Approximate Running Time: 2 hours and 40 minutes, with 2 intermissions
In Italian with English captions
What's Going On?
Paris in the winter, 1890s
Rodolfo is a poet, sharing a garret with his Bohemian friends: Marcello, a painter, Schaunard, a musician, and Colline, a philosopher. The men scrape along, picking up odd jobs and joking about their poverty as they pursue their arts. One night, a seamstress named Mimì knocks on the door. Her candle has blown out and she asks Rodolfo for a light so she can return to her own apartment. At one touch of her cold little hand, Rodolfo falls in love with the fragile Mimì.
Meanwhile, buoyed by an unexpected windfall, Rodolfo’s friends have gathered at the Café Momus to watch the people passing by and to enjoy a good meal. Rodolfo brings Mimì to the party. Marcello’s lover Musetta arrives with her latest protector, the wealthy and much older Alcindoro. Musetta torments Alcindoro to attract Marcello’s attention, finally sending the older man away by pretending her foot hurts and that she needs a new pair of shoes. While the old man is gone, Musetta falls into Marcello’s arms and charges the Bohemians’ meal to Alcindoro’s account, much to the amusement of the crowd at the cafe. The friends leave together.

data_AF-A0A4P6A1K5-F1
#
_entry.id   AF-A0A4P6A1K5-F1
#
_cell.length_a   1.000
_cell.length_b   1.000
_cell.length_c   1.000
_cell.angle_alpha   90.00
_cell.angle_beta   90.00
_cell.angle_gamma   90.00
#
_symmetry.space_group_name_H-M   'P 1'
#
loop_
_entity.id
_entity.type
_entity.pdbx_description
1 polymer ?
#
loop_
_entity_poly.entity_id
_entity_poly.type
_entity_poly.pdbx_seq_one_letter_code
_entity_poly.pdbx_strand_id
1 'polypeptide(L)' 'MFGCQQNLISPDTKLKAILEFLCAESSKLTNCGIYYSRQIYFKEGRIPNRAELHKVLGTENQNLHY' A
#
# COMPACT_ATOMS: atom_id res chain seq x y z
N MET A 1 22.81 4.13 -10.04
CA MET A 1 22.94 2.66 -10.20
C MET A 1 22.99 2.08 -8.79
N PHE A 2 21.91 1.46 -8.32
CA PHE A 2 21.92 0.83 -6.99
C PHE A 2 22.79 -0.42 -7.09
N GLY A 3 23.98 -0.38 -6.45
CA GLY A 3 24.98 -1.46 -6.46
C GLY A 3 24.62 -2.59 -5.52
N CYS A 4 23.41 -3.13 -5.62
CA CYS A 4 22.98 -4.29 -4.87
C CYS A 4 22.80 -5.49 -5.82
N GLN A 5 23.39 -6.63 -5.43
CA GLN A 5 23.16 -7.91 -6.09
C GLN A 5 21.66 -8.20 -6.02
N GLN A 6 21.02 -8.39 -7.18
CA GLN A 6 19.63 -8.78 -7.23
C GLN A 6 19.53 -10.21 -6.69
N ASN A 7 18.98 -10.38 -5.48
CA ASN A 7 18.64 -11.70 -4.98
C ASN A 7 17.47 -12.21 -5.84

As the winter becomes colder, Mimì seeks out Marcello. She wants his advice about Rodolfo, whose unreasonable jealousy is ruining their life together. Marcello tries to comfort her. When Roldolfo arrives, Mimì hides and Marcello questions him about Mimì. Rodolfo begins by accusing Mimì of being a flirt, but then confesses his real reason for trying to drive her off. Mimì’s consumption is growing worse and Rodolfo has no money to provide for her. Overhearing this, Mimì approaches Rodolfo and bids him good-bye. Grief stricken, the pair cannot bear to part yet and pledge to stay together until the spring.
Several weeks later, the Bohemians gather again at the garret. Rodolfo writes and Marcello paints, but their thoughts keep straying to their absent sweethearts. Schaunard and Colline try to cheer the others up with a cheap supper, but the arrival of Musetta with a now drastically ill Mimì sobers all the men. Musetta gives her earrings to Marcello to pay for a doctor and Colline decides to pawn his coat to help the girl. Rodolfo stays by Mimì’s side, trying to cheer her by recalling their first meeting on the night that her candle blew out. The Bohemians return with their gifts, but it is too late. Mimì rallies for a few moments and then faints. The distraught Rodolfo realizes that she is dead.